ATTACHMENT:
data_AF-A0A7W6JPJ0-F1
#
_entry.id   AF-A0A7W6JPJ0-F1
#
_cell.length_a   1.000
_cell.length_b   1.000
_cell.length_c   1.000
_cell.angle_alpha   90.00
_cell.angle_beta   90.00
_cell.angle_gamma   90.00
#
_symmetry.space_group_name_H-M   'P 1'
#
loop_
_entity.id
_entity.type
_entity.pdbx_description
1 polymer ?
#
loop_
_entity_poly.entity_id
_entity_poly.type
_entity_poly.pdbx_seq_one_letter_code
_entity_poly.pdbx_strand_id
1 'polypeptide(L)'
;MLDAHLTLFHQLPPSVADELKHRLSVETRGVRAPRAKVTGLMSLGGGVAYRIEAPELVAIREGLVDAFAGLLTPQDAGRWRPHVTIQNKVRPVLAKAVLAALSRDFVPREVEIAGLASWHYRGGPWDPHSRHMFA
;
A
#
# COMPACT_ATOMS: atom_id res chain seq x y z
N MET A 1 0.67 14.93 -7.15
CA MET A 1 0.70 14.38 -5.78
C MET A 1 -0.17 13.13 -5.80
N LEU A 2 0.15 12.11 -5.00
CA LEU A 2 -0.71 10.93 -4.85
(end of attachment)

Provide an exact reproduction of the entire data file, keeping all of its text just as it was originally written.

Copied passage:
data_AF-A0A7W6JPJ0-F1
#
_entry.id   AF-A0A7W6JPJ0-F1
#
_cell.length_a   1.000
_cell.length_b   1.000
_cell.length_c   1.000
_cell.angle_alpha   90.00
_cell.angle_beta   90.00
_cell.angle_gamma   90.00
#
_symmetry.space_group_name_H-M   'P 1'
#
loop_
_entity.id
_entity.type
_entity.pdbx_description
1 polymer ?
#
loop_
_entity_poly.entity_id
_entity_poly.type
_entity_poly.pdbx_seq_one_letter_code
_entity_poly.pdbx_strand_id
1 'polypeptide(L)'
;MLDAHLTLFHQLPPSVADELKHRLSVETRGVRAPRAKVTGLMSLGGGVAYRIEAPELVAIREGLVDAFAGLLTPQDAGRWRPHVTIQNKVRPVLAKAVLAALSRDFVPREVEIAGLASWHYRGGPWDPHSRHMFA
;
A
#
# COMPACT_ATOMS: atom_id res chain seq x y z
N MET A 1 0.67 14.93 -7.15
CA MET A 1 0.70 14.38 -5.78
C MET A 1 -0.17 13.13 -5.80
N LEU A 2 0.15 12.11 -5.00
CA LEU A 2 -0.71 10.93 -4.85